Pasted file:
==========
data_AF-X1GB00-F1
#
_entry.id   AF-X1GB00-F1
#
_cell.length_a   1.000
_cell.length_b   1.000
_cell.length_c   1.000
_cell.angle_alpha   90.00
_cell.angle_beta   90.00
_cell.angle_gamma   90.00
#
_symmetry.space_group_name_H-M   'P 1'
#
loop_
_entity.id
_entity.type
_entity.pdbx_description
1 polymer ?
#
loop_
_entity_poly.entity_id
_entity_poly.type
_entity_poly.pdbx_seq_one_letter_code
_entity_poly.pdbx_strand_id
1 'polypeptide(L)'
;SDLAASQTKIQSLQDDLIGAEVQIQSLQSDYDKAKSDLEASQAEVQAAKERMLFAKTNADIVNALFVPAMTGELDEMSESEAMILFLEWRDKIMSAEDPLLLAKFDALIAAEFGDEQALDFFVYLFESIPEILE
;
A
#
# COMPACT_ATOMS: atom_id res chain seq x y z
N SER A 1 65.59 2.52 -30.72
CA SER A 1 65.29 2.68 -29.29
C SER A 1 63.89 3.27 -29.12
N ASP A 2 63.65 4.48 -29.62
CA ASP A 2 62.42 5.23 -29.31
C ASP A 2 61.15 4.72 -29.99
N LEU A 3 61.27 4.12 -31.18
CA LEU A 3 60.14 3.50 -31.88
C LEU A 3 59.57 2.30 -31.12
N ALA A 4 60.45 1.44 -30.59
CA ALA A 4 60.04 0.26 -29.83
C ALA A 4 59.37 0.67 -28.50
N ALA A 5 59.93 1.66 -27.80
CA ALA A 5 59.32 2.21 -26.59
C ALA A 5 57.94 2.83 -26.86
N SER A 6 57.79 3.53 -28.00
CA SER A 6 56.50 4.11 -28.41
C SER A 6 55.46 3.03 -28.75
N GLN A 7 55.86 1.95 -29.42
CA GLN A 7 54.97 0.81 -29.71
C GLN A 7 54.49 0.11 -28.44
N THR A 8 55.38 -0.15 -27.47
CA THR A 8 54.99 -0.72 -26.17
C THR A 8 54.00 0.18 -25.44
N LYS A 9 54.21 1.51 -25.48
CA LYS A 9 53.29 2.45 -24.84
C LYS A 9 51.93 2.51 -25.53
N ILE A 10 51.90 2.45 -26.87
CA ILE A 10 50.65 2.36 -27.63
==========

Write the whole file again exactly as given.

data_AF-X1GB00-F1
#
_entry.id   AF-X1GB00-F1
#
_cell.length_a   1.000
_cell.length_b   1.000
_cell.length_c   1.000
_cell.angle_alpha   90.00
_cell.angle_beta   90.00
_cell.angle_gamma   90.00
#
_symmetry.space_group_name_H-M   'P 1'
#
loop_
_entity.id
_entity.type
_entity.pdbx_description
1 polymer ?
#
loop_
_entity_poly.entity_id
_entity_poly.type
_entity_poly.pdbx_seq_one_letter_code
_entity_poly.pdbx_strand_id
1 'polypeptide(L)'
;SDLAASQTKIQSLQDDLIGAEVQIQSLQSDYDKAKSDLEASQAEVQAAKERMLFAKTNADIVNALFVPAMTGELDEMSESEAMILFLEWRDKIMSAEDPLLLAKFDALIAAEFGDEQALDFFVYLFESIPEILE
;
A
#
# COMPACT_ATOMS: atom_id res chain seq x y z
N SER A 1 65.59 2.52 -30.72
CA SER A 1 65.29 2.68 -29.29
C SER A 1 63.89 3.27 -29.12
N ASP A 2 63.65 4.48 -29.62
CA ASP A 2 62.42 5.23 -29.31
C ASP A 2 61.15 4.72 -29.99
N LEU A 3 61.27 4.12 -31.18
CA LEU A 3 60.14 3.50 -31.88
C LEU A 3 59.57 2.30 -31.12
N ALA A 4 60.45 1.44 -30.59
CA ALA A 4 60.04 0.26 -29.83
C ALA A 4 59.37 0.67 -28.50
N ALA A 5 59.93 1.66 -27.80
CA ALA A 5 59.32 2.21 -26.59
C ALA A 5 57.94 2.83 -26.86
N SER A 6 57.79 3.53 -28.00
CA SER A 6 56.50 4.11 -28.41
C SER A 6 55.46 3.03 -28.75
N GLN A 7 55.86 1.95 -29.42
CA GLN A 7 54.97 0.81 -29.71
C GLN A 7 54.49 0.11 -28.44
N THR A 8 55.38 -0.15 -27.47
CA THR A 8 54.99 -0.72 -26.17
C THR A 8 54.00 0.18 -25.44
N LYS A 9 54.21 1.51 -25.48
CA LYS A 9 53.29 2.45 -24.84
C LYS A 9 51.93 2.51 -25.53
N ILE A 10 51.90 2.45 -26.87
CA ILE A 10 50.65 2.36 -27.63